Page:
So, if you want to take a DNA test while pregnant, what can you do? You can test DNA that doesn’t come from a blood sample.
Cheek-swab vs saliva DNA tests while pregnant
If you want to be sure your genetic results are not affected by your pregnancy, a cheek-swab is the way to go.
A cheek-swab is as easy to take as scraping the inside of your cheek with a Q-tip. It differs from a saliva test (which involves filling a tube with your saliva) in that only a swab needs to be returned. Cheek swabs can be more reliable as saliva test kits can fail to provide results if a large enough saliva sample isn’t collected. For some customers, producing enough saliva can be difficult, especially if they are prone to dry mouth.
Additionally, saliva kits require the customer to restrict their eating and drinking leading up to the test. This fasting ensures that the sample isn’t compromised by outside sources of DNA. Failing to do so may cause the test to fail, requiring you to buy another kit. Furthermore, saliva samples are often affected by bacterial contamination.
Of course, a cheek-swab is not without its own difficulties. Customers provide a smaller volume of genetic material with a cheek-swab, so it is important that they perform the collection process properly. A properly collected cheek-swab will carry all of the cells needed to perform the DNA test (Nebula Genomics can help make sure you do it right). Just like a blood test, a cheek-swab is highly reliable when performed correctly, but with the benefit of being non-invasive and pregnancy-friendly.
Avoiding blood-based DNA tests while pregnant
A blood-based DNA test while pregnant may be compromised by the genetic material of the fetus
Crime Scene Investigation (CSI) fans might tell you that almost anything can be used for a DNA test. The truth though, is that getting a good sample with enough usable DNA is crucial for accurate testing. This is especially true if you are hoping to have your whole genome sequenced. Being pregnant while testing further affects which sequencing tests are available to you. To help you decide which service is right for you, we have compiled a list of no-blood DNA tests that you can take while pregnant, along with some of their features.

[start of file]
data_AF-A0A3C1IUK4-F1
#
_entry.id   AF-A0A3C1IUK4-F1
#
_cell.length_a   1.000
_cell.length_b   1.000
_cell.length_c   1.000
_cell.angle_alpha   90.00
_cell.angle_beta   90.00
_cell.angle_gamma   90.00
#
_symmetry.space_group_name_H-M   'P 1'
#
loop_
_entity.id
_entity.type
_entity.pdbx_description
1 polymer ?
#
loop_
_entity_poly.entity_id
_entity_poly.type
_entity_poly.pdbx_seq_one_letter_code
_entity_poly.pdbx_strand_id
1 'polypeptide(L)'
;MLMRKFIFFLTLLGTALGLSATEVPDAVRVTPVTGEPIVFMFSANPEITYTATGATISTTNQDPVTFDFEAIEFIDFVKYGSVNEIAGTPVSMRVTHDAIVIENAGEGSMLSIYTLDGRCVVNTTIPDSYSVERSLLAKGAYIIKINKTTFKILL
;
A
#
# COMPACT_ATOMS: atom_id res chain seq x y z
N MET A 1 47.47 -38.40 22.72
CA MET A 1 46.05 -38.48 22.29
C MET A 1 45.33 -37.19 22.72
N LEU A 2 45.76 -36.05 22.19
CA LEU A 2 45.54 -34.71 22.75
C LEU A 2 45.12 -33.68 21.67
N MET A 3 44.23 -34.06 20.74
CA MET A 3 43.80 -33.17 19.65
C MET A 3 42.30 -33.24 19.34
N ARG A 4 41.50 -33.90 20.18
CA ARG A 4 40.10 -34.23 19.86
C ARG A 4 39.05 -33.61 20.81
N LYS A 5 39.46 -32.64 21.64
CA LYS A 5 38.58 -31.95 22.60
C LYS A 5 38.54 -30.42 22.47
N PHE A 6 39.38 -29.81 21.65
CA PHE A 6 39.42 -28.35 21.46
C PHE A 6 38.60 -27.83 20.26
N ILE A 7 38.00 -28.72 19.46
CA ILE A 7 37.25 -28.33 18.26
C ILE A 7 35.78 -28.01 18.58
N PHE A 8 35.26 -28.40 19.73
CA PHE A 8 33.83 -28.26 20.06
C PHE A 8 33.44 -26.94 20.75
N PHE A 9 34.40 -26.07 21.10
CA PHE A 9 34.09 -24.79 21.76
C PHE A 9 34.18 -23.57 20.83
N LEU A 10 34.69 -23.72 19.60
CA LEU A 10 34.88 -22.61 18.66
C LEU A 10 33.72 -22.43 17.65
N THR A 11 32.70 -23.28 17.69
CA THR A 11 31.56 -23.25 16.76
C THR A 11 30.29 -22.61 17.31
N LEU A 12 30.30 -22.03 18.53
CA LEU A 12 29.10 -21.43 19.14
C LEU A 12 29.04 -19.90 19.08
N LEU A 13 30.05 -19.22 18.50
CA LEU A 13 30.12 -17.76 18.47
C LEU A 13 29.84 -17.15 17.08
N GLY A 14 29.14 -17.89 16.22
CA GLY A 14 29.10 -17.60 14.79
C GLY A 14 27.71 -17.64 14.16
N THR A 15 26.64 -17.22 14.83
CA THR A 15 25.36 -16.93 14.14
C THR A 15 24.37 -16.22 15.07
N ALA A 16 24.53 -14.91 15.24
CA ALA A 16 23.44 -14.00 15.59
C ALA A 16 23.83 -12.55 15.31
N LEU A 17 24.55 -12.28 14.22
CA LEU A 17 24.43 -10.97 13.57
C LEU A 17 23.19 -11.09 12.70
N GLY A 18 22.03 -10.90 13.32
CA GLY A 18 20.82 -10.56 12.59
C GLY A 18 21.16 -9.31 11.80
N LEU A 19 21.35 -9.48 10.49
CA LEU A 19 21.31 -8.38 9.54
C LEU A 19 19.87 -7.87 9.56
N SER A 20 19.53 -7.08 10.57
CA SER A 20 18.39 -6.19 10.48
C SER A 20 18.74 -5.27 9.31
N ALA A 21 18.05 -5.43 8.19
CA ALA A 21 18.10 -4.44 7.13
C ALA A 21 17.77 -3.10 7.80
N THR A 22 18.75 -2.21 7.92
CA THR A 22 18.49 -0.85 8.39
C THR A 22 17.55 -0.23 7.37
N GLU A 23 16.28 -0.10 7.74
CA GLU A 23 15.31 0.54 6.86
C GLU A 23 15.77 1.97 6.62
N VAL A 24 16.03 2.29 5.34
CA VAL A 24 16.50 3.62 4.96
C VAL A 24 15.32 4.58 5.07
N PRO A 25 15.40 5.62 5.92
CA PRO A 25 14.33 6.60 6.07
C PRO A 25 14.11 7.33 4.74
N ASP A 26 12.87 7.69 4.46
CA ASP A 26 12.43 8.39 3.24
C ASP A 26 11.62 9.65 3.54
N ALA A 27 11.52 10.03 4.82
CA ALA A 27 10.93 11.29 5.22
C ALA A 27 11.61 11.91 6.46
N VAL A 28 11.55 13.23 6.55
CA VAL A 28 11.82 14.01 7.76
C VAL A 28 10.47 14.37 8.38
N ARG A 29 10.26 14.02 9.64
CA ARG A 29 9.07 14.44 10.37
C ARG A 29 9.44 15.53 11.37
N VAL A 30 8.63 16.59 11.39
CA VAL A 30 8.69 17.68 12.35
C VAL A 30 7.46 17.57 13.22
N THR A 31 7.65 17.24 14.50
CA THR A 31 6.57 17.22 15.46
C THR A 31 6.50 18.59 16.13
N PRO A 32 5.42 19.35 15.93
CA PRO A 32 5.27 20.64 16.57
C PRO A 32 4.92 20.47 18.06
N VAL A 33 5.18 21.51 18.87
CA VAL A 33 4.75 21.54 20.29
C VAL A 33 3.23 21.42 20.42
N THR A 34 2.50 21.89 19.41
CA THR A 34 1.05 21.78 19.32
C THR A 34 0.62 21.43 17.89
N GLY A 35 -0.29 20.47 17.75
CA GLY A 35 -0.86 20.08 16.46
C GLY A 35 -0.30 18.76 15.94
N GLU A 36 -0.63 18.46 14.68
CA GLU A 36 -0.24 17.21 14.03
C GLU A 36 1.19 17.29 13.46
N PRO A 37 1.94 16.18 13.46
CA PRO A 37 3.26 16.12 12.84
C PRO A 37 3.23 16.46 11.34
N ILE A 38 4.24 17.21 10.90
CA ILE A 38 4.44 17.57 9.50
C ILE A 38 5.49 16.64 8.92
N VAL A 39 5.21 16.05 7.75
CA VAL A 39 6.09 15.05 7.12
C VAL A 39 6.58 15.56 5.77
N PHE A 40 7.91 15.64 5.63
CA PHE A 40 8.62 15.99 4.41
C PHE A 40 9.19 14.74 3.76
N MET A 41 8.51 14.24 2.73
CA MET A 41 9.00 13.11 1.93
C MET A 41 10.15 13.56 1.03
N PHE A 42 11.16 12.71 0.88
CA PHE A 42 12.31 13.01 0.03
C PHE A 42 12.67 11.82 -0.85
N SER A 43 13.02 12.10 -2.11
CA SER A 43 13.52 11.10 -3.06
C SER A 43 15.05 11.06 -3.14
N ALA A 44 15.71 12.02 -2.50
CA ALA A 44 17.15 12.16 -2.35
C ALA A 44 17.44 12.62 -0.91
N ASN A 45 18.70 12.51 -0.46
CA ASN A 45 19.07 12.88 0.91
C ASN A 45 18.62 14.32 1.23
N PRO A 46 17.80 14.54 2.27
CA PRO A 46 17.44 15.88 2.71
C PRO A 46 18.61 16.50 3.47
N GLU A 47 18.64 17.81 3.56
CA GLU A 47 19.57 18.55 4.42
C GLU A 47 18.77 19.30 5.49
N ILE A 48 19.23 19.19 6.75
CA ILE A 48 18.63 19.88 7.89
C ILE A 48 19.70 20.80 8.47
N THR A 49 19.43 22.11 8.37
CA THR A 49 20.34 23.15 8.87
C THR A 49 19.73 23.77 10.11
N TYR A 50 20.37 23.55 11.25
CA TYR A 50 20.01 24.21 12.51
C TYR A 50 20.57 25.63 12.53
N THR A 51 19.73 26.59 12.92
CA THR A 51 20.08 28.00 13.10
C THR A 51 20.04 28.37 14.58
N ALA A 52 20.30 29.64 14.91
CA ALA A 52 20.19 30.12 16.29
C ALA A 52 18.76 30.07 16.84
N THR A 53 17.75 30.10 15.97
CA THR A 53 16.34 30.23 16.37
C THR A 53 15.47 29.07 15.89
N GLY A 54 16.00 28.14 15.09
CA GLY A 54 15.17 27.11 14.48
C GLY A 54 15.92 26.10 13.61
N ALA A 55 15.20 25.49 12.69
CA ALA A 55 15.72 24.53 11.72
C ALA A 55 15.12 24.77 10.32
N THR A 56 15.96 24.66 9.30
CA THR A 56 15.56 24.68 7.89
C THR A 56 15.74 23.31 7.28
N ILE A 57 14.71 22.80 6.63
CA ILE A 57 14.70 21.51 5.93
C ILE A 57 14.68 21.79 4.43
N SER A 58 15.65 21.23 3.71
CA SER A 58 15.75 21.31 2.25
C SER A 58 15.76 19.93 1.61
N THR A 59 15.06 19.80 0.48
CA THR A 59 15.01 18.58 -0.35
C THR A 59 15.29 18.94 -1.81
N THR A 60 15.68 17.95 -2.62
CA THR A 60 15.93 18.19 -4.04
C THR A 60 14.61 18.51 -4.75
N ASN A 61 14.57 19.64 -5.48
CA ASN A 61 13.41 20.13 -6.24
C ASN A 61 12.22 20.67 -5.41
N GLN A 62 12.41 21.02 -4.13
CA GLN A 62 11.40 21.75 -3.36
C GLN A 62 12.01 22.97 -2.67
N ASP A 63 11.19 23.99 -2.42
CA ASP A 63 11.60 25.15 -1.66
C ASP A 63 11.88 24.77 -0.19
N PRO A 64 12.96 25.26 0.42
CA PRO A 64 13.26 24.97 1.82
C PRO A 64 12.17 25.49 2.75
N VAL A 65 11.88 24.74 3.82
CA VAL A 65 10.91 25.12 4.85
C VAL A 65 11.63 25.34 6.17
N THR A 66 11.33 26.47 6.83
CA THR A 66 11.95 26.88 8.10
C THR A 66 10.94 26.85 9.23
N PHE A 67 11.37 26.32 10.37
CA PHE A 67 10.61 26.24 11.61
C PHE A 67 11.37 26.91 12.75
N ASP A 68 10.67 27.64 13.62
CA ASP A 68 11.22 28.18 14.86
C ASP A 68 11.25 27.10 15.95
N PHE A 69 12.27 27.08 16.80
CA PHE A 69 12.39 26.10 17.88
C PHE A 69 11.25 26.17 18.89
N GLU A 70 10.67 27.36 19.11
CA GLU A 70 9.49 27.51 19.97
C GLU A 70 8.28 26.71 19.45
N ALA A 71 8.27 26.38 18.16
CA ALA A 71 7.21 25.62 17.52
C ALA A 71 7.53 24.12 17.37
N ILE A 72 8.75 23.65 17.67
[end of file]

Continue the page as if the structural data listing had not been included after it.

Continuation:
|Service||23 and Me||AncestryDNA||Nebula Genomics|
|DNA testing method||Saliva||Saliva||Cheek-swab|
|Sample collection||Microarray-based genotyping||Microarray-based genotyping||Whole Genome Sequencing (30x coverage)|
|Information available||Ancestry, traits, health||Ancestry, health||Weekly reports based on the latest research, data exploration tools, deep ancestry|
|Data Access||Yes (23andMe file format)||Yes (AncestryDNA file format)||Yes (FASTQ, BAM, and VCF files)|
|Cost||$99, $199, or $499||$99 or $149||$299|
Nebula Genomics does not rely on a blood sample, offers full genome sequencing, and makes it easy to access all of your own data.
Many services will provide consumers with no-blood testing, but Nebula Genomics is unique in that we offer a 30x Whole Genome Sequencing service that sequences 100% of your DNA. The other services compared above use DNA microarray technology to profile your genome, characterizing only some of your genome. For example, it is common for microarray sequencing to characterize ~ 500,000 positions, which is less than 0.1% of the whole human genome. Microarray-based genotyping may be a bit more affordable, but it misses a lot of important information. Our 30x Whole Genome Sequencing sample collection is safe for women who are pregnant, will not be compromised by the genetic material of the fetus, and can provide you with complete DNA sequencing. The results are processed in CLIA/CAP-accredited laboratories, and all of your data remains secure and yours.
If you are interested in obtaining medical advice, you need access to your own data. Nebula makes it easy to bring your test results, including your raw data, to your physician or genetic counselors who can use our data to counsel you. We include several industry-standard file types (FASTQ, BAM, VCF) that will allow you to get the most out of your test. As always, individuals who believe they are at risk for a genetic disorder should consult a healthcare provider before taking a DNA test while pregnant.